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Topic: Arc Dozens

Not the fossils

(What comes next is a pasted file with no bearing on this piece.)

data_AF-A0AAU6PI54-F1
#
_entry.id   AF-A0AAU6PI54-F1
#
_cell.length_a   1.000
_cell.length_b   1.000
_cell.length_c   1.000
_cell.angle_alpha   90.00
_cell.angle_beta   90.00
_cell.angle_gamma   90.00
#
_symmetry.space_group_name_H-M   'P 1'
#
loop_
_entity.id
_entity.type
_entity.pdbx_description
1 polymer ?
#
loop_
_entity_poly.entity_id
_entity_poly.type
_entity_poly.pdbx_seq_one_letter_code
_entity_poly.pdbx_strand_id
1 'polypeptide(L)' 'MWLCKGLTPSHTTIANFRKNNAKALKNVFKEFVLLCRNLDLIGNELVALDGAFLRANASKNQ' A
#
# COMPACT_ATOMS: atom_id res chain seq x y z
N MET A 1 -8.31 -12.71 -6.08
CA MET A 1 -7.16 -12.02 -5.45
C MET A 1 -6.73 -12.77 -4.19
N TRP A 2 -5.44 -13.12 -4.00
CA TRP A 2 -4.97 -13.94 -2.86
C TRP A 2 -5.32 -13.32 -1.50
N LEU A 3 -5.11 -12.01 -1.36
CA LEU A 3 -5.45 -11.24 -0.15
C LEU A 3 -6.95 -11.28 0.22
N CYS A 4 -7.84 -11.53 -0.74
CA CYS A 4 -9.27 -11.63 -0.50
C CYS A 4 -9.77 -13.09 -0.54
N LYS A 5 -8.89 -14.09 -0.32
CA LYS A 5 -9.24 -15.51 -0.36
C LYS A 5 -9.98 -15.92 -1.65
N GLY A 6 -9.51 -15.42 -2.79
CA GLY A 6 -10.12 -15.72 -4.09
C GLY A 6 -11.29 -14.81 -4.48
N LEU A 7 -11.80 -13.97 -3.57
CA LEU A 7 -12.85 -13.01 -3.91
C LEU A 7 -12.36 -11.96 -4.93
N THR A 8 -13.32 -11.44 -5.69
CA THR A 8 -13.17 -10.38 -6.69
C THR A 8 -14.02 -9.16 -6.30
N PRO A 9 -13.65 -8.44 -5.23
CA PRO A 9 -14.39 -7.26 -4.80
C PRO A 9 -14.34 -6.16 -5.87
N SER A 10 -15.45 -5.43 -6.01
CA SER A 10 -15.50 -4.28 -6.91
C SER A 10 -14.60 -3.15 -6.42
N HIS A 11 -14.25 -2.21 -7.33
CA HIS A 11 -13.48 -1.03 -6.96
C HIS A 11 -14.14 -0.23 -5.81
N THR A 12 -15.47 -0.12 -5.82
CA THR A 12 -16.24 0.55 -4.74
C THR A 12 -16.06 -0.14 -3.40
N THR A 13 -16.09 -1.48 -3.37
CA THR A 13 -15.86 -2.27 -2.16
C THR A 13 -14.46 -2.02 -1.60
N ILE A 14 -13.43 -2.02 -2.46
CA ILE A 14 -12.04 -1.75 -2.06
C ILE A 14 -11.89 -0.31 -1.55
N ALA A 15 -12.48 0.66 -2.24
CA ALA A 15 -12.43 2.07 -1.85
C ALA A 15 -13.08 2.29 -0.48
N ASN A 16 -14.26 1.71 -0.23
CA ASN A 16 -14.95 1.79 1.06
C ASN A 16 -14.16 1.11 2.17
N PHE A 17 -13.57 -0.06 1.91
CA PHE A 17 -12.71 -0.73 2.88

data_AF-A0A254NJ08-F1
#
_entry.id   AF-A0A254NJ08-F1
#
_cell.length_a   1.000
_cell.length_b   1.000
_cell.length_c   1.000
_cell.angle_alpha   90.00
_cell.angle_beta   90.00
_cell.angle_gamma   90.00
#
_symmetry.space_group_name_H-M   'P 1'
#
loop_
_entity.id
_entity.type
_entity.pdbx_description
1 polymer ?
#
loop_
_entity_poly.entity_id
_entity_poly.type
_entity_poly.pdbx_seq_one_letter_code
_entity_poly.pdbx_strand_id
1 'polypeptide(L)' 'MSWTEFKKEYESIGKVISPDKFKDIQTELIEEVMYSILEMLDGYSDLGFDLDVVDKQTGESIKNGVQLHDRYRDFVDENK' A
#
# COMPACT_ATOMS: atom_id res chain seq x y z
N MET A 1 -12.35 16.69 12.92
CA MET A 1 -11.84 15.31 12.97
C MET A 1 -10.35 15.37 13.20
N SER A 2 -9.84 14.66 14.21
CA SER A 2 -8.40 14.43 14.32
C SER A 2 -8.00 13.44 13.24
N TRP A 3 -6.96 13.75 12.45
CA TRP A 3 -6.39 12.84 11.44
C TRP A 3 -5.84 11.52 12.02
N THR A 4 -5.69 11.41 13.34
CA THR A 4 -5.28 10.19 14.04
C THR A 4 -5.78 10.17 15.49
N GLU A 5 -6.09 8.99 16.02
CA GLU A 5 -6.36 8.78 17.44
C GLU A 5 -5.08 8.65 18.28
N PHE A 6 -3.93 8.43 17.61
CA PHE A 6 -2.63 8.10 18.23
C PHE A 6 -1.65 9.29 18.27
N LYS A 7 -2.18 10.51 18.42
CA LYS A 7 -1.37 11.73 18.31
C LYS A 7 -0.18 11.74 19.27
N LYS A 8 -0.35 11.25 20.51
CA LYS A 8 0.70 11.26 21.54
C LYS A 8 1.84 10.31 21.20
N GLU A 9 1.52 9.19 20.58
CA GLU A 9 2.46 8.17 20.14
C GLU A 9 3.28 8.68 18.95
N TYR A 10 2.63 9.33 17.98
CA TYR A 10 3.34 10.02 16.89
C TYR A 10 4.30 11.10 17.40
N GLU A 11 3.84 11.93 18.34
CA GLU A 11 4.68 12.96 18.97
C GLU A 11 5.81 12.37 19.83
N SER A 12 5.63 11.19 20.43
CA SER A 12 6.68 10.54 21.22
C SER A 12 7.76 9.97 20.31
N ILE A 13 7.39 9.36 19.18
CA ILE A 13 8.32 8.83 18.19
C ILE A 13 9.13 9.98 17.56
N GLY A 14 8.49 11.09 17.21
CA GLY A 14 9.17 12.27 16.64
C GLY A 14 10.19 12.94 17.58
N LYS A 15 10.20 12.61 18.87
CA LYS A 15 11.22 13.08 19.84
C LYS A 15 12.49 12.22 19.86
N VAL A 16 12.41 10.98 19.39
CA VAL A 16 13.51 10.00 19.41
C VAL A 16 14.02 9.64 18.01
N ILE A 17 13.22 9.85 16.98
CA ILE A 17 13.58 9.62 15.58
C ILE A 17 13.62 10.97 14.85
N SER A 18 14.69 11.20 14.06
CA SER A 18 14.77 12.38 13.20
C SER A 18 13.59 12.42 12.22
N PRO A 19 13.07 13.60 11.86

After a reading in Ottawa a year or two back, George Bowering said something worth remembering: your poetic influences can’t be charted with categories because we all make our _own_ traditions, big messy ancestries that leap from period to period, form to form, nation to nation. Charting these jumps autobiographically would mean a naming of Keats’ Odes, Ginsberg’s Howl, Wordsworth’s Prelude, Whitman’s Leaves, but it would also be like examining a fossil, even if those books might be the ones that first showed me what poems ought to be. Instead, I’ve tried to think about the books that have most often been active for me during the last few years of my writing life. Some represent a discovery of new writers; some are new books by familiar writers; and, some are die-hard standards in my poetic life, still finding their ways into empty evenings years after I first found them. Whatever the case may be, every one of the following has broadened my ideas of what a poem can do, even if one is really a collection of tiny stories, another is a translated travel anthology, and the best metaphor in another is its sketch of a double-tailed dog…